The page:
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CarsAudi e-tron review

05:45  27 may  2019
05:45  27 may  2019 Source:   inews.co.uk

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Audi joins the all-electric SUV game with the E - Tron 55 quattro, a rival to Jaguar’s I-Pace and Tesla’s Model X. Phill Tromans heads to the UAE to see what

Audi e-tron review © Provided by Johnston Publishing Ltd

Ever since Tesla burst onto the scene and started selling its high-end, high-cost EVs the constant refrain from around the car industry has been “just wait until the big brands catch up”.

And we have had to wait, Tesla’s Model S has been on sale for seven years, and the Model X for four with nothing close from any of the established premium brands.

But now they are finally on the same page. Jaguar fired the first salvo last year with the I-Pace, later this year we’ll see the Mercedes EQC, and here and now, we’ve got the Audi e-tron.

Audi e-tron 55 quattro

Price: £71,520 (£82,615 as tested)
Powertrain: 95kWh battery, two electric motors
Power: 355bhp (402bhp in boost mode)
Torque: 414lb/ft (490lb/ft in boost mode)
Transmission: Fixed-drive, four-wheel-drive
Top speed: 124mph
0-62mph: 5.7 seconds (boost mode)
Range: 241 miles (WLTP combined)
CO2 emissions: 0g/km

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Audi e - tron review . Bjørn Nyland. - Продолжительность: 12:41 Review Machines 486 595 просмотров.

Audi e-tron review © Provided by Johnston Publishing Ltd

Audi says the e-tron is the first of four pure EVs it will launch by the end of 2020, with at least 30 EV or hybrid vehicles on sale by 2025.

It slots into the range between the Q5 and Q7 and goes head-to-head with the I-Pace and EQC. It is also looking to catch the eye of buyers considering the bigger, pricier Model X.

Visually, Audi hasn’t risked straying too far from the fold so the e-tron is immediately recognisable as an Audi SUV although with some unique touches. A full-width rear light bar, unique alloy wheel designs, a partially filled-in grille and black side streaks highlighting the location of the battery mark it out as more than just another Q5.

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Audi e - tron review . The i 1 day ago Matt Allan. Audi says the e - tron is the first of four pure EVs it will launch by the end of 2020, with at least 30 EV or hybrid vehicles on sale by 2025.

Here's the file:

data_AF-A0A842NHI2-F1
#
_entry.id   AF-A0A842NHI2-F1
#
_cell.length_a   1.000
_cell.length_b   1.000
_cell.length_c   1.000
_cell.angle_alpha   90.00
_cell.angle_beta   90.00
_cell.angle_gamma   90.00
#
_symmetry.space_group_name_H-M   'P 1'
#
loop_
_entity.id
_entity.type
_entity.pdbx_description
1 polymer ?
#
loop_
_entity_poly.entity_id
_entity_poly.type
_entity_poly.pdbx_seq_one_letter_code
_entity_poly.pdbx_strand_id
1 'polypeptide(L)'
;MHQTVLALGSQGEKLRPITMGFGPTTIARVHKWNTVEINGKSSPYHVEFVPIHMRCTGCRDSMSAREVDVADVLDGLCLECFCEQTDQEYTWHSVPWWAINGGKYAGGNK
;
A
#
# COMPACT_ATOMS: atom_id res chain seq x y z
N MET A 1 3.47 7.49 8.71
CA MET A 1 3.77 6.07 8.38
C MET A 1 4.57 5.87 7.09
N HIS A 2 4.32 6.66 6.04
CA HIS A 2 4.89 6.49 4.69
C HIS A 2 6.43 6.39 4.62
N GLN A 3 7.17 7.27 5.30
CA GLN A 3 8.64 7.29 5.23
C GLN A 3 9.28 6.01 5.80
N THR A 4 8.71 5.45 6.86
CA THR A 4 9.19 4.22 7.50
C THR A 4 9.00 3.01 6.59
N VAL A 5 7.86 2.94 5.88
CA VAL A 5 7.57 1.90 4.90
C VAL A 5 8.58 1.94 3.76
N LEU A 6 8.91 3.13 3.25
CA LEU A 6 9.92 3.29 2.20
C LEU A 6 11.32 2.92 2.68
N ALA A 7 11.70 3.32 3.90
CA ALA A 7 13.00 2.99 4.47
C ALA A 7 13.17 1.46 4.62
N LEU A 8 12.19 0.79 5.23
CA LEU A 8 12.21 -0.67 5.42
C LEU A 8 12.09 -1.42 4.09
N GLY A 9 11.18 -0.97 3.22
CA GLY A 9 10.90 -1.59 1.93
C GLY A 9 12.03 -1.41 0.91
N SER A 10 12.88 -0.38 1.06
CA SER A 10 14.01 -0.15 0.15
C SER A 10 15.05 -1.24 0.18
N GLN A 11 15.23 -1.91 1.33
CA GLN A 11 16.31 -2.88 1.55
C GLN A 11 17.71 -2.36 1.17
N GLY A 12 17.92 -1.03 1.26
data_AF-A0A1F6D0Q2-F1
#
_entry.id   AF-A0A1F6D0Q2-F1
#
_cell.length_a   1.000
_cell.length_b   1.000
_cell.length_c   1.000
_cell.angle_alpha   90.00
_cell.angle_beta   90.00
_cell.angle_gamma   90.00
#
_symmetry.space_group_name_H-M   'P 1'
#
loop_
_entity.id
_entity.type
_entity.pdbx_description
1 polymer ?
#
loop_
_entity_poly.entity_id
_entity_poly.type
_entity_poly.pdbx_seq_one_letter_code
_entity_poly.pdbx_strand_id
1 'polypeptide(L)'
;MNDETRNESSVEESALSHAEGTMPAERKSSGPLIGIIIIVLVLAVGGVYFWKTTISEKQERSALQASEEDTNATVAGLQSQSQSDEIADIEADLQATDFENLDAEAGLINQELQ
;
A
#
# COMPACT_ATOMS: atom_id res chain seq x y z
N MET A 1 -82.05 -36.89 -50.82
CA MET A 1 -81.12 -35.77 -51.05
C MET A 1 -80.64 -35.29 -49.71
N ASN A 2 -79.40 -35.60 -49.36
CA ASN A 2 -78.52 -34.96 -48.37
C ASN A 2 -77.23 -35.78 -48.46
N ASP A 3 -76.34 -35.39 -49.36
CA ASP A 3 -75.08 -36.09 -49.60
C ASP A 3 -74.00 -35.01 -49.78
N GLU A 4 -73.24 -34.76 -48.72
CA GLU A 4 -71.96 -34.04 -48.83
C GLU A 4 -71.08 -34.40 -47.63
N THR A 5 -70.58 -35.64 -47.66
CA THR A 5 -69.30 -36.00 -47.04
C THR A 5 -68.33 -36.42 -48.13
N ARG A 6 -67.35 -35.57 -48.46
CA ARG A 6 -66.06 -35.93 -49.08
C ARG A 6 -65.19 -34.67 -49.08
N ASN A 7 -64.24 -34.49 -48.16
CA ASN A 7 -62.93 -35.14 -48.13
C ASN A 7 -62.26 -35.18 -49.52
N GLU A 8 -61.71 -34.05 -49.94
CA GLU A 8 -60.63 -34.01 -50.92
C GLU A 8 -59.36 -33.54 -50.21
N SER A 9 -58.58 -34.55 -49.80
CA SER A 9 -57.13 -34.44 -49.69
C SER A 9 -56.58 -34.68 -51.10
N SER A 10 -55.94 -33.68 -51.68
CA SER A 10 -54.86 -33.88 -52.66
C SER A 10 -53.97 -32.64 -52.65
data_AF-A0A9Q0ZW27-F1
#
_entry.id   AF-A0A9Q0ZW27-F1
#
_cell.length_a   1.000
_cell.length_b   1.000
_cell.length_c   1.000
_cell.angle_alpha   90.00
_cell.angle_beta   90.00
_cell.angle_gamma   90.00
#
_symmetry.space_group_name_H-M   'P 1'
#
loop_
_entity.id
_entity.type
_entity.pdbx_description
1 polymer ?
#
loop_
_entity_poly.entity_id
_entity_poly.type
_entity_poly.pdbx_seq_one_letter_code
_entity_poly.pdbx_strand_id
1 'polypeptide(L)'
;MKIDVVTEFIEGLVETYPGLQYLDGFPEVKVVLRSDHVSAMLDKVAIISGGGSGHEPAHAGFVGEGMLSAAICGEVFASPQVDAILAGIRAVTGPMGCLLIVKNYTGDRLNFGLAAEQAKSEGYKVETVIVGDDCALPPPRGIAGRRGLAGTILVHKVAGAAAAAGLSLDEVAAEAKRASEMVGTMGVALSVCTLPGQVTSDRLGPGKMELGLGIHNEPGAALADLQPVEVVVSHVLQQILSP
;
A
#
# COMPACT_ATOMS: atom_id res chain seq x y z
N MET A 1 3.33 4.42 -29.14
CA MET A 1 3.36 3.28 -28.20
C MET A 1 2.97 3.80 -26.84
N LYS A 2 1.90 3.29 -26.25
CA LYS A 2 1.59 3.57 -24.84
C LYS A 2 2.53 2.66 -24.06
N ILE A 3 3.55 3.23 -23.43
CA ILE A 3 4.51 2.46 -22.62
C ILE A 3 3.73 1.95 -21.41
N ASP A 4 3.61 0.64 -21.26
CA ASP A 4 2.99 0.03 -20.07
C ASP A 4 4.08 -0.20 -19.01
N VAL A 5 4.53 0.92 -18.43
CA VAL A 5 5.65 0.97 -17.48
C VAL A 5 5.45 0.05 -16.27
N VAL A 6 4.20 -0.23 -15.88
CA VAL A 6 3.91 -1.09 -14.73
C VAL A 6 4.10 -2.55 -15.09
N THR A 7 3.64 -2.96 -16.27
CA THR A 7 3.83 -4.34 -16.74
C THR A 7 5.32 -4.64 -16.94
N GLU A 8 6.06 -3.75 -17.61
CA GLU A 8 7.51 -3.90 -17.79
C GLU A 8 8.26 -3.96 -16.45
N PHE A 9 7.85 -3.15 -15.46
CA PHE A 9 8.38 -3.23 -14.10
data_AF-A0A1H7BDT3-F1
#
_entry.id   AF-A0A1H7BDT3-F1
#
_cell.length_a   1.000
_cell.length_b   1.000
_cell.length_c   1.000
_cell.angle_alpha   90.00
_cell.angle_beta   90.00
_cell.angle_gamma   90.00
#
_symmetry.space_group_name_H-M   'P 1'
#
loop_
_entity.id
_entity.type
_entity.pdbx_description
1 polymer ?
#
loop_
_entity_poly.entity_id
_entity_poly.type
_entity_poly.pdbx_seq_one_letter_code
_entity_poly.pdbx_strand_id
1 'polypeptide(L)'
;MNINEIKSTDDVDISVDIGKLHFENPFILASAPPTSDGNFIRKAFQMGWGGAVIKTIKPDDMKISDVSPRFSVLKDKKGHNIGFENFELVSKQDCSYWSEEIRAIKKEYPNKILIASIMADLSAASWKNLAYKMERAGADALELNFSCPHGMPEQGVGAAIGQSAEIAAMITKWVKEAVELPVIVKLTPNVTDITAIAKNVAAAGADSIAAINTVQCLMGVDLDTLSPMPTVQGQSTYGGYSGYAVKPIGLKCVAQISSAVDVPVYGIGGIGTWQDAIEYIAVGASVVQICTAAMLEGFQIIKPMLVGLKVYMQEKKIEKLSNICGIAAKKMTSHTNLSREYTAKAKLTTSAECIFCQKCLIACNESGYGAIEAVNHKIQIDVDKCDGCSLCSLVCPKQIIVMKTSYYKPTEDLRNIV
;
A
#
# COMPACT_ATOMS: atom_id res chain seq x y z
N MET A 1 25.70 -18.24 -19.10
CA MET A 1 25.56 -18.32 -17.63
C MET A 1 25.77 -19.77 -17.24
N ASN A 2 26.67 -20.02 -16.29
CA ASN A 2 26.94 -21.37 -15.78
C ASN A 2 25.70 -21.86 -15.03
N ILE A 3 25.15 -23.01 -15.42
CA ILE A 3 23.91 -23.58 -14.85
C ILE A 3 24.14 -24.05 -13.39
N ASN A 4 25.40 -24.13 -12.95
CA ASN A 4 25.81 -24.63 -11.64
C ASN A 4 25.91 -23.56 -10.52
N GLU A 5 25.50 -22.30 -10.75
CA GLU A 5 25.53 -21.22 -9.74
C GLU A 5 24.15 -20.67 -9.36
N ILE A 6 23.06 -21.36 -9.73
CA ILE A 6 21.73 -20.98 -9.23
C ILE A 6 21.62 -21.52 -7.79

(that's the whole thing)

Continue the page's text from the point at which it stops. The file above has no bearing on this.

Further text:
Audi e-tron review

Under the skin, the e-tron features a 95kWh battery and a motor on each axle for all-wheel-drive. In boost mode, these provide 402bhp and 490lb/ft for up to 60 seconds, before reverting to the normal 355bhp output.

That means if you mash the throttle to the floor the e-tron will whizz you to 62mph in 5.7 seconds - not bad for something weighing 2.5 tonnes. However, it’s not as quick as either the I-Pace or Model X, and it also falls marginally short of those key rivals in terms of weight, power, torque and official range.

Audi e-tron review © Provided by Johnston Publishing Ltd

The range, of course, is a tricky issue and in real-world testing of all three I’ve found 190-200 miles to be a realistic figure.

Use that up and Audi says the e-tron will charge up to 80 per cent in just 30 minutes but that’s using a 150kW DC rapid charger and there aren’t many of those around - yet. At home, if you let you e-tron run completely flat, 11kW AC charging will take just under nine hours to get it back to 100 per cent. 22kW charging will be an optional extra later this year.

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The 2019 Audi e - tron is the way for families to go fully electric in a familiar and very luxurious package. To find out why the 2019 Audi e - tron is rated 8.4 and ranked #2 in Luxury Electric Cars, read The Car Connection expert review .